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The U.S. Wants to Build a Clean-Energy Economy. But First It Needs China’s Help

5 minute read
Updated: | Originally published:

Ford is moving so fast to implement its $50 billion electric-vehicle transformation that construction workers were still installing equipment at its new electric-vehicle battery hub on Monday when the company gathered dignitaries there to announce yet another multi-billion investment. The company said it would spend $3.5 billion to build a new facility just down the road to manufacture batteries for EVs.

Over and over again, executives were clear that the development was made possible by federal climate policy. “We’re growing production of EV batteries here at home, reflecting the central purpose of the Inflation Reduction Act,” said Ford CEO Jim Farley of Biden’s landmark climate law. “That’s why it was passed, for this project.”

Less mentioned in the splashy announcement was a key collaboration that made the project possible: a partnership with Chinese battery manufacturer Contemporary Amperex Technology Co. Limited, known as CATL. The company will provide equipment and expertise necessary to launch the plant even as Ford owns 100% of the project.

The development underscores an emerging tension in the politics of climate change following the enactment of the Inflation Reduction Act (IRA). All of a sudden, and in large part thanks to the IRA, the U.S. is embracing the energy transition and developing a domestic clean-energy ecosystem. That should eventually reduce U.S. reliance on China. But it’s not something that can be done overnight. In order to build out that capacity, the U.S. needs Chinese products in the short term.

Read More: The Inflation Reduction Act Is About to Change the World.

All of that adds up to a messy political and geopolitical dynamic. Republicans have criticized the IRA for potentially increasing the demand for Chinese products as Americans rely on the country for solar panels and batteries. Meanwhile, the administration has sought to balance the urgency of deploying clean energy—even with Chinese technology—with the need to decouple the two economies.

The reliance on China didn’t emerge out of the blue. Much of the world’s early-stage research and development into clean technologies has occurred in U.S. labs, but companies often turned to China to turn those products into commercial offerings. The reasoning was simple. Over the past decade, the Chinese government offered hundreds of billions in subsidies to support manufacturing of green products. As a result, China developed a clean-technology ecosystem that could efficiently manufacture a range of clean technologies as well as a supply chain to source all the materials. The U.S. did not develop similar policies. Some leaders—think of the Trump administration—even flirted with restricting clean energy.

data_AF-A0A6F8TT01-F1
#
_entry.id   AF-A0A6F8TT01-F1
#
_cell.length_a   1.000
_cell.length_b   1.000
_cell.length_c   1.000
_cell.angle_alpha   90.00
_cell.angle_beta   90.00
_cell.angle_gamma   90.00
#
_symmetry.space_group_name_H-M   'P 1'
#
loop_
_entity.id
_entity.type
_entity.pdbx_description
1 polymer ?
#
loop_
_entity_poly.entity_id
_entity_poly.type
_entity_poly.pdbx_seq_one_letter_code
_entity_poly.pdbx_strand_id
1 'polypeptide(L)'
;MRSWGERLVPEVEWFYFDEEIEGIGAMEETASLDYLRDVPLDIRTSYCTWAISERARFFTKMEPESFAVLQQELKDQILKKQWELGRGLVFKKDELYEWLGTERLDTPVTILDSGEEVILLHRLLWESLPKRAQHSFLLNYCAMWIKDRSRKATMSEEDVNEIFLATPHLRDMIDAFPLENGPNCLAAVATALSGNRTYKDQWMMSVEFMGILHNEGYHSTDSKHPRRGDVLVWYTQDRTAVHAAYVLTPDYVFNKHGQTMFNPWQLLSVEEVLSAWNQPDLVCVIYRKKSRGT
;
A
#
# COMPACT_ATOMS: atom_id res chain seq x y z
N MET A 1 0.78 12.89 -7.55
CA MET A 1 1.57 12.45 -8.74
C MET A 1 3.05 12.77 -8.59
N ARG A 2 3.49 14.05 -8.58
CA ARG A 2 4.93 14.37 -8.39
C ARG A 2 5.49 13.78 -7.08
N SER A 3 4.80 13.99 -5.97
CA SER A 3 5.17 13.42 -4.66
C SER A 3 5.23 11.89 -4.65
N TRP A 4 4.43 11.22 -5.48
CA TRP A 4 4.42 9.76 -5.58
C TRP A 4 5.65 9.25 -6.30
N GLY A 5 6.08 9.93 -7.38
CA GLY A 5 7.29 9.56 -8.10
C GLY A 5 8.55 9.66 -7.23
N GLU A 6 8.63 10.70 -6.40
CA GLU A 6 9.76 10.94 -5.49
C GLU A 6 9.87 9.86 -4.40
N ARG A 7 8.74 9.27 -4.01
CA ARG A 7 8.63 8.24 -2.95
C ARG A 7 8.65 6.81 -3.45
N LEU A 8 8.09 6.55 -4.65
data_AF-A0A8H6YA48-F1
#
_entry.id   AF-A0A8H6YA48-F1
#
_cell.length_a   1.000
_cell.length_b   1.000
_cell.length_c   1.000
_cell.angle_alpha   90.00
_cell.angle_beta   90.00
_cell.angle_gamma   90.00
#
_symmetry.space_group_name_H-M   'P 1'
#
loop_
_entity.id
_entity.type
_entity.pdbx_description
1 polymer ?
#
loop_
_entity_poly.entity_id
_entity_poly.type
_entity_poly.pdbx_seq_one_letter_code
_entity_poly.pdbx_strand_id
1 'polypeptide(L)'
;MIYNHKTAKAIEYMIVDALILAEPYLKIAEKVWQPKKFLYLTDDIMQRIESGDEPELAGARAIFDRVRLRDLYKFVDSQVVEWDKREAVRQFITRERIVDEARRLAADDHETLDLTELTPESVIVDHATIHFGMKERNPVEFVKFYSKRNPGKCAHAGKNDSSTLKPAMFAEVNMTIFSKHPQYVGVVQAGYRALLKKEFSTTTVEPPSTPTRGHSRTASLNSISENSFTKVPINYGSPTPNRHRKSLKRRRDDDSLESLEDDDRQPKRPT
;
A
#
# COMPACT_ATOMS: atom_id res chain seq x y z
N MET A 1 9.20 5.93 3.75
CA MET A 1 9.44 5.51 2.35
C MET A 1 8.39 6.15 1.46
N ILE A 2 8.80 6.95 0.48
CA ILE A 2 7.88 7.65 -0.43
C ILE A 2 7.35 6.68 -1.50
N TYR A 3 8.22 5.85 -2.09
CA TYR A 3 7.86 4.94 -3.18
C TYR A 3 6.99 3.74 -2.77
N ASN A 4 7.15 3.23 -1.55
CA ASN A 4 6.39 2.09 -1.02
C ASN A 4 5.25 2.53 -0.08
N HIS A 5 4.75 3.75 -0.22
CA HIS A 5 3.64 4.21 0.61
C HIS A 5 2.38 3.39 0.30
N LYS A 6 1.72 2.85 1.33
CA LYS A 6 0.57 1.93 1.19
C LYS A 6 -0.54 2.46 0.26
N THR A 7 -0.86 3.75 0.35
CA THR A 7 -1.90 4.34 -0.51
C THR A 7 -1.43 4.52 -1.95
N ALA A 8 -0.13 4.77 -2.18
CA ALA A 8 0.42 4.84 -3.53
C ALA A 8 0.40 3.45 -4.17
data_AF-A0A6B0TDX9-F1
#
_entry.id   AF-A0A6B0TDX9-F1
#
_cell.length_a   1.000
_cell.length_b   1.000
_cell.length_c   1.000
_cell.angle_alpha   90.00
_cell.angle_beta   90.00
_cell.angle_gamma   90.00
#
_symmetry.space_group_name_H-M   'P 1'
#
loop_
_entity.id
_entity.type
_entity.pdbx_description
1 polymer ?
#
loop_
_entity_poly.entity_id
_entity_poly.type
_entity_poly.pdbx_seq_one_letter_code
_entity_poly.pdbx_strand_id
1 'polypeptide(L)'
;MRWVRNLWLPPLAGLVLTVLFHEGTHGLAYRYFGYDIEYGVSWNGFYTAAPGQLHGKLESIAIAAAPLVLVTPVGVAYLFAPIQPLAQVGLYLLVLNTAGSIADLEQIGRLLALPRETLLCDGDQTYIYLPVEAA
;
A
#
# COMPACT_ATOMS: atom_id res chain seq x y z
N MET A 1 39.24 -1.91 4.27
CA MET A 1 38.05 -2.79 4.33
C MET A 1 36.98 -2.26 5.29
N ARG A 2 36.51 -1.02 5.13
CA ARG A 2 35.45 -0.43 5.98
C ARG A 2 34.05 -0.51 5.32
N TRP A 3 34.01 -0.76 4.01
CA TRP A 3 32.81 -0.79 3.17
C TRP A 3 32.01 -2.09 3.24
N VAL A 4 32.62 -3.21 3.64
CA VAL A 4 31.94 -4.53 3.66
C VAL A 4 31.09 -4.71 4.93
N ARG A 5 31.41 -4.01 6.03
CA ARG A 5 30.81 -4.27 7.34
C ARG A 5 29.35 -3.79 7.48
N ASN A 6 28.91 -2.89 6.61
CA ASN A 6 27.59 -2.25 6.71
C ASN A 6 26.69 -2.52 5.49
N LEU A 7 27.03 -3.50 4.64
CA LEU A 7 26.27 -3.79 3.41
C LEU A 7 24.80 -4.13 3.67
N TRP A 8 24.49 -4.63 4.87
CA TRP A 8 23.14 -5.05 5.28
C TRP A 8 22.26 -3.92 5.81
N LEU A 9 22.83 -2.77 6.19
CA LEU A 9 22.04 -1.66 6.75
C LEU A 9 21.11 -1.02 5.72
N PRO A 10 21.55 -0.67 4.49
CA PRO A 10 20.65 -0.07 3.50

The result is that today China dominates the production of a range of clean-energy technologies. It has at least 60% of global manufacturing capacity for solar panels, components of wind energy systems, and batteries, according to a January report from the International Energy Agency. As of January, the country has the vast majority of new manufacturing capacity in the pipeline looking forward to 2030: 85% of wind blade capacity, 90% of solar wafer capacity, and more than 95% of anode and cathode material for EV batteries.

“We invented these technologies in the United States of America, and then waved to them as they floated offshore,” says White House National Climate Advisor Ali Zaidi. “We’re running back on the field. And the field position is not what you’d like it to be. That’s just a fact.”

The IRA is designed to change that, spurring manufacturers to set up shop in the U.S. thanks to tax incentives that favor products built in North America. But it will take time for companies to rejigger supply chains and build up domestic manufacturing capacity. Until then, they’ll still need China. “Across numerous technology areas, the level of integration is so great that true decoupling would be nearly impossible and potentially counterproductive to national interests,” a group of researchers wrote in the journal Science last year.

Which makes for complicated politics. Michigan Governor Gretchen Whitmer, a Democrat, attended the Ford announcement on Monday, touting the project as a prime example of jobs coming back to the U.S. thanks to the IRA and other recently passed legislation. “We are competing for more projects of every size,” she told the crowd on Monday.

But the association with CATL has been a non-starter for some Republicans, no matter the jobs it may bring. GOP Governor Glenn Youngkin of Virginia had previously withdrawn his state for consideration for the project, calling it a “Trojan horse” for the “Chinese Communist Party.” This tension is bound to come up again and again in the coming years as the U.S. clean energy sector continues to expand. Republicans have already begun calling for the repeal of the IRA arguing that too much of clean energy technology is made in China.

It is, of course, legitimate to worry about relying on products from China to build a domestic clean-energy economy. Geopolitical tension between the U.S. and China leaves open the possibility that China could interfere with the trade of necessary goods. It’s a concern great enough that Ford executives acknowledged the company’s contract with CATL includes provisions to address potential interference from the Chinese government.

But what’s the alternative as the U.S. builds up its own domestic clean technology industry? Waiting any longer to invest in this new future would only make the U.S. even more reliant on China in the long run.

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Write to Justin Worland at justin.worland@time.com